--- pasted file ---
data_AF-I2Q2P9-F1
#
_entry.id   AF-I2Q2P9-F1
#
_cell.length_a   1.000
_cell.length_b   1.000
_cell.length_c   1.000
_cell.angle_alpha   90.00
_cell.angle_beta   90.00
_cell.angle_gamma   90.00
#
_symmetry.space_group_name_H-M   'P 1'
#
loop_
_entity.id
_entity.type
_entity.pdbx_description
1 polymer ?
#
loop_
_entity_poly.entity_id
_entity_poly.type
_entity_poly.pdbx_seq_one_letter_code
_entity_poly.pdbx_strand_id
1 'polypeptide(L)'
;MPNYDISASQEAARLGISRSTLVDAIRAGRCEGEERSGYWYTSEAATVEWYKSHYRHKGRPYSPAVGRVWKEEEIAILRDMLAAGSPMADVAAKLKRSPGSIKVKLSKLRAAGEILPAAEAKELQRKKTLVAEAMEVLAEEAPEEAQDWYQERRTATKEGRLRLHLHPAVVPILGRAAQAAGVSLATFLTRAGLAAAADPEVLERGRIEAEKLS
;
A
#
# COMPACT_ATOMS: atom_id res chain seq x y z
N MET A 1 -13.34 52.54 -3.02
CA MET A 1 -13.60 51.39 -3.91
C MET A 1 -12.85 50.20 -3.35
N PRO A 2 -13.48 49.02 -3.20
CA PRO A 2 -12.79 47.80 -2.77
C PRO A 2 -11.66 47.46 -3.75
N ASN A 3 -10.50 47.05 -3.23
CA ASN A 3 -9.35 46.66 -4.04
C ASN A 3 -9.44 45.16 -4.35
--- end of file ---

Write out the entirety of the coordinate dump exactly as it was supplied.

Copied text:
data_AF-I2Q2P9-F1
#
_entry.id   AF-I2Q2P9-F1
#
_cell.length_a   1.000
_cell.length_b   1.000
_cell.length_c   1.000
_cell.angle_alpha   90.00
_cell.angle_beta   90.00
_cell.angle_gamma   90.00
#
_symmetry.space_group_name_H-M   'P 1'
#
loop_
_entity.id
_entity.type
_entity.pdbx_description
1 polymer ?
#
loop_
_entity_poly.entity_id
_entity_poly.type
_entity_poly.pdbx_seq_one_letter_code
_entity_poly.pdbx_strand_id
1 'polypeptide(L)'
;MPNYDISASQEAARLGISRSTLVDAIRAGRCEGEERSGYWYTSEAATVEWYKSHYRHKGRPYSPAVGRVWKEEEIAILRDMLAAGSPMADVAAKLKRSPGSIKVKLSKLRAAGEILPAAEAKELQRKKTLVAEAMEVLAEEAPEEAQDWYQERRTATKEGRLRLHLHPAVVPILGRAAQAAGVSLATFLTRAGLAAAADPEVLERGRIEAEKLS
;
A
#
# COMPACT_ATOMS: atom_id res chain seq x y z
N MET A 1 -13.34 52.54 -3.02
CA MET A 1 -13.60 51.39 -3.91
C MET A 1 -12.85 50.20 -3.35
N PRO A 2 -13.48 49.02 -3.20
CA PRO A 2 -12.79 47.80 -2.77
C PRO A 2 -11.66 47.46 -3.75
N ASN A 3 -10.50 47.05 -3.23
CA ASN A 3 -9.35 46.66 -4.04
C ASN A 3 -9.44 45.16 -4.35